This is a hard to find ramekin shallow bowl and saucer set, made by Syracuse China and prized by Santa Fe Railroad collectors. So pretty in the exquisitely lifelike pattern named "California Poppy," this one likely was made for railroad restaurateur Fred Harvey, or possibly the Atchison, Topeka & Santa Fe.
Made by Syracuse China (which actually grew flowers at the factory to ensure the artwork was lifelike), different stages of poppy blooms appear: a tight bud, a partially opened bud and a flower in full bloom. The gracefully shaped bowl is approximately 3-1/2 inches across and 1-1/2 inches tall, with all three stages of bloom gracing its sides.
CONDITION: Extremely nice, wonderfully clean and it has all three floral decals: a Poppy in full bloom, another partly open and a third in the bud stage. All the artwork is beautiful, bright and cheerful. There are NO cracks, chips, flakes or repairs and no age darkening or yellowing.
We cannot be positive whether these ramekin sets went to Fred Harvey or to the Santa Fe, but most California Poppy dinnerware purchased by the railroad was marked with a special railway marking that does not appear on Harvey-ordered pieces. Although ramekin pieces are more delicate than the substantial, thick commercial type that makes up most railroad china, this particular set is recognized in the hobby as genuine and railroad ordered. An important note is that they carry the standard Syracuse China manufacturer stamp. This saucer is bottom marked correctly with a date code of 5-KK (May 1956). The bowl somehow escaped being marked, but we guarantee it is absolutely authentic and a perfect mate to the saucer.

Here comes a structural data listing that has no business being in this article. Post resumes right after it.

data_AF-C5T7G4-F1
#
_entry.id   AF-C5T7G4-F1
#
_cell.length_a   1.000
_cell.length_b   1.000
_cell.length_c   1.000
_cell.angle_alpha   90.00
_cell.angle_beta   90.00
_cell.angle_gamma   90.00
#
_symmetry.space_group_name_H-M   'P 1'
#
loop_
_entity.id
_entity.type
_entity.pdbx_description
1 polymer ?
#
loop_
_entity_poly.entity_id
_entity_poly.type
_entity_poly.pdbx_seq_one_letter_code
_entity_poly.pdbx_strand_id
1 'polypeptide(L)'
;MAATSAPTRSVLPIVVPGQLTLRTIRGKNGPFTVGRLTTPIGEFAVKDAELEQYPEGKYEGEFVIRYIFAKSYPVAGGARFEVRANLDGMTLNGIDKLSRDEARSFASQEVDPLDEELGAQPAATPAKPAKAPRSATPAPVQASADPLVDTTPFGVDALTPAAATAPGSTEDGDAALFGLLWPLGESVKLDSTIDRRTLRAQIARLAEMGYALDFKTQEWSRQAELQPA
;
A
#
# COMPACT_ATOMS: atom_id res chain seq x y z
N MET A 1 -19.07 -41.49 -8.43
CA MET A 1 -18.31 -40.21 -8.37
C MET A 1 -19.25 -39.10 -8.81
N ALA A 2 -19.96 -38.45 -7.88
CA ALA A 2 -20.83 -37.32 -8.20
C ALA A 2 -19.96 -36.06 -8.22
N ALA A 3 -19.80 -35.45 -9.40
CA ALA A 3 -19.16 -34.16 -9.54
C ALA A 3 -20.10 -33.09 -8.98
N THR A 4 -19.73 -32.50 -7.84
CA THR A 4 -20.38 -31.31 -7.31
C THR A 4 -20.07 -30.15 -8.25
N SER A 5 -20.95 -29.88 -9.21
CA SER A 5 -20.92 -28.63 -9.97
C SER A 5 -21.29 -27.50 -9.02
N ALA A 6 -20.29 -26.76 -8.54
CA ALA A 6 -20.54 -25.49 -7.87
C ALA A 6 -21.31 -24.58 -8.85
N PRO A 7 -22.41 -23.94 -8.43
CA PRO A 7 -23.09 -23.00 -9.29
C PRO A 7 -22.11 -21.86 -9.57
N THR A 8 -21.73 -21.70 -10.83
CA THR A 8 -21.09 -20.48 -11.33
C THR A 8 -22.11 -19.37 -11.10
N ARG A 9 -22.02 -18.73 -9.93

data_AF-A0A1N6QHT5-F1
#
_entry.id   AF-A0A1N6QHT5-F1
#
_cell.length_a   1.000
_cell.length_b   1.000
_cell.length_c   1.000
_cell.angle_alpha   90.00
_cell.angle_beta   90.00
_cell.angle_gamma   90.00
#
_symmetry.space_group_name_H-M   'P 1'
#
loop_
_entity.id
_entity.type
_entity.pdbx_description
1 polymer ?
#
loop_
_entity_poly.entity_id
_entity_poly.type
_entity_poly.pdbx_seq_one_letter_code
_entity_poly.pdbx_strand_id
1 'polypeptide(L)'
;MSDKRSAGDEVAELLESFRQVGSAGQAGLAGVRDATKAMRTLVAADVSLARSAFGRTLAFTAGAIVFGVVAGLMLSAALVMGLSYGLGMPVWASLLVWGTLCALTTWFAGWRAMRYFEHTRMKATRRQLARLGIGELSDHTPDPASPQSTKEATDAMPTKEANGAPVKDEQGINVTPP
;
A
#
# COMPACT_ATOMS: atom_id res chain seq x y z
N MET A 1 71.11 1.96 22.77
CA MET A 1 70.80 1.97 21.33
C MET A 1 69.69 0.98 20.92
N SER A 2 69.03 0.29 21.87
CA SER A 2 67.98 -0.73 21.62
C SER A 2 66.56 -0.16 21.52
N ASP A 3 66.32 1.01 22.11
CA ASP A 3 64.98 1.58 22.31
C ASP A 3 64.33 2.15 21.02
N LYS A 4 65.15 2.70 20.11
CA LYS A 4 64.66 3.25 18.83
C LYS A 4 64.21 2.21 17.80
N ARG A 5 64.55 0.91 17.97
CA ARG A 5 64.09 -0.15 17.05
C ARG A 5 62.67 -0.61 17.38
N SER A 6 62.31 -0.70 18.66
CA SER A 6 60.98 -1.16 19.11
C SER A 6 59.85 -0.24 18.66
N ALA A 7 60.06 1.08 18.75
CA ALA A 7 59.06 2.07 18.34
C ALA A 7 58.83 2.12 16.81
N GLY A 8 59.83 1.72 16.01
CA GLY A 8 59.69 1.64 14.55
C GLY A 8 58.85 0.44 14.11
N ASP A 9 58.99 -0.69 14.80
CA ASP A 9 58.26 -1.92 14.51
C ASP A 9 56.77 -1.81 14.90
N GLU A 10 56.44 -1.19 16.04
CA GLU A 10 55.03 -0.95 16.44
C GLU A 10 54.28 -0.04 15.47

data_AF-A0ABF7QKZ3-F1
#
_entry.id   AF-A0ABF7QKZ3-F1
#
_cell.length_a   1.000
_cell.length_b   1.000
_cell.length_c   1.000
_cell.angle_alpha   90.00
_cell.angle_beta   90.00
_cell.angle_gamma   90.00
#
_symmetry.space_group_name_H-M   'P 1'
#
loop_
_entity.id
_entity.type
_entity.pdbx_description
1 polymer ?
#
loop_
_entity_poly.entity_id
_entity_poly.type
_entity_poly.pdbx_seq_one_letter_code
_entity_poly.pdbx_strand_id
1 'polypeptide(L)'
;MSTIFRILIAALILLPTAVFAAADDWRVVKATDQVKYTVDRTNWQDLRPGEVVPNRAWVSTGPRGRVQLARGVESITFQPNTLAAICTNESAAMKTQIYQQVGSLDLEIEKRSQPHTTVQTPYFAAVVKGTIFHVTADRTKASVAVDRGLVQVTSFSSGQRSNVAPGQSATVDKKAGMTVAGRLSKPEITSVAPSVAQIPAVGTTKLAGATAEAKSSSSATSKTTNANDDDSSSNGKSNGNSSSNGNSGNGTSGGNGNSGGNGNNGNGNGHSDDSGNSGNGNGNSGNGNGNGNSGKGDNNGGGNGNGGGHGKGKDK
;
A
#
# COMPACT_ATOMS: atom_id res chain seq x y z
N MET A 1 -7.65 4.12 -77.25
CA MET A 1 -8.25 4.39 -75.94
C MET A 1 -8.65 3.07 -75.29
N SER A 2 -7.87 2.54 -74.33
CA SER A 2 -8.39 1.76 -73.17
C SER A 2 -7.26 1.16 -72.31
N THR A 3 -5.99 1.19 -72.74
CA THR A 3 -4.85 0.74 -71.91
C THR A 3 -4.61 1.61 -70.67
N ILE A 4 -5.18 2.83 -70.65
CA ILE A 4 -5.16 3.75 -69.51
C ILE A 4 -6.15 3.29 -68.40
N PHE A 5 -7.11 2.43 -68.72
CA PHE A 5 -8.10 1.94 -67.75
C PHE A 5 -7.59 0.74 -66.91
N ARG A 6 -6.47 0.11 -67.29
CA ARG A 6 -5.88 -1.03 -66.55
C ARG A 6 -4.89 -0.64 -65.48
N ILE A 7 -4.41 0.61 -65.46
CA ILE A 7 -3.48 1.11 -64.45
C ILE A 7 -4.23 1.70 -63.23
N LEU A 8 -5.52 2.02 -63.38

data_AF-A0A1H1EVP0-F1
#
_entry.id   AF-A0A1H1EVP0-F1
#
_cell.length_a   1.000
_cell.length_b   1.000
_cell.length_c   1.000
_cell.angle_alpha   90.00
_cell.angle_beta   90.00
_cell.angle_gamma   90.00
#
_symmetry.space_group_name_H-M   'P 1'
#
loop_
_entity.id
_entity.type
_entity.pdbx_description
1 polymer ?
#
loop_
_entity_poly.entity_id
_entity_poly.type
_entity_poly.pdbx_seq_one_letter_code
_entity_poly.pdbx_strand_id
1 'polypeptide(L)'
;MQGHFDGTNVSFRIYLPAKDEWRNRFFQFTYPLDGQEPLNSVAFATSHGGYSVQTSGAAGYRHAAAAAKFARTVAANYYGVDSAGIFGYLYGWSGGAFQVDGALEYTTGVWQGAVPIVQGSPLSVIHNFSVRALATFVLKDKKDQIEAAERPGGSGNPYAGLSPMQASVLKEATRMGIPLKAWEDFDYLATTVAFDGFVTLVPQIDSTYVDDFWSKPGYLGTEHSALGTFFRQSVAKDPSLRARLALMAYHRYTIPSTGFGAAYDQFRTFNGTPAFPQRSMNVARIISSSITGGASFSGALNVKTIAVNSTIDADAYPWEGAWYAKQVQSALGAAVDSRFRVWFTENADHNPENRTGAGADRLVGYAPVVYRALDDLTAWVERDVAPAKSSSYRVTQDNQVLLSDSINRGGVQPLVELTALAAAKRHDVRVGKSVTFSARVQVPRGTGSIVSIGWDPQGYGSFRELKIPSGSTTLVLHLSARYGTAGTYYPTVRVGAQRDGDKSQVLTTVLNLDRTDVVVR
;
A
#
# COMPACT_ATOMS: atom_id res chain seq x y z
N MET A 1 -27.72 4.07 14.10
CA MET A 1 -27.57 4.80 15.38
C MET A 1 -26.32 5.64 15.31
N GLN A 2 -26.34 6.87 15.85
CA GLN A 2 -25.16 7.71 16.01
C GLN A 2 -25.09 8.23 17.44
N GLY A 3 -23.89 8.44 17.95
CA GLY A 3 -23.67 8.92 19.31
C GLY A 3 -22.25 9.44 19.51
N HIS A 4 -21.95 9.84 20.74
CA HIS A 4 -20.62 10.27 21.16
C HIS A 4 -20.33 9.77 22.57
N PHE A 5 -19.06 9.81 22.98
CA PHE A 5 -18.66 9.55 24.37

"California Poppy" was so well loved it was ordered and used right up until Amtrak began operations. Most of this ware was used by Fred Harvey, who operated eating houses along the Santa Fe's route, catered meals aboard the railway's dining cars, and established a chain of hotels he built called Harvey Houses -- America's first restaurant chain.
COLLECTOR NOTE: The Santa Fe Railroad and Fred Harvey purchased exclusive rights to the California Poppy pattern, produced by Syracuse China. However, this ownership apparently applied only to heavy restaurant/hotel commercial weight ware. Syracuse China also made and sold lighter household weight china decorated with identical “Poppy” artwork -- "thinware" that is often mistaken for railroad china, BUT the lighter weight dishes were never sold to the railroad or used on trains. Instead, intended for household use, all were distributed through standard retail outlets.
Beware especially of pieces with “S.S.” (“Store Selection") in the bottom marking. This mark was applied to high-quality seconds that would be sold at Syracuse factory outlets. However, although this ware has no collectible value to railroad china collectors, many enjoy using it on the table, while their authentic Santa Fe pieces sit safely on display cabinet shelves.
BACKGROUND: During the 1880s and 1890s, an enterprising man named Fred Harvey teamed with Atchison, Topeka & Santa Fe Railroad in the southwestern United States with a goal of providing railway travelers the finest onboard dining and rail-side eating establishments in the industry. As rail travel grew, Harvey provided over-the-rails operations aboard Santa Fe dining cars, and then further expanded into building hotels called Harvey Houses at strategic locations along the AT&SF route. At its heyday, there were 84 Harvey Houses, all of which catered to wealthy and middle-class visitors alike. The business continued to be operated by Harvey's sons and grandsons until 1968, when it was sold to a Hawaiian-based company.
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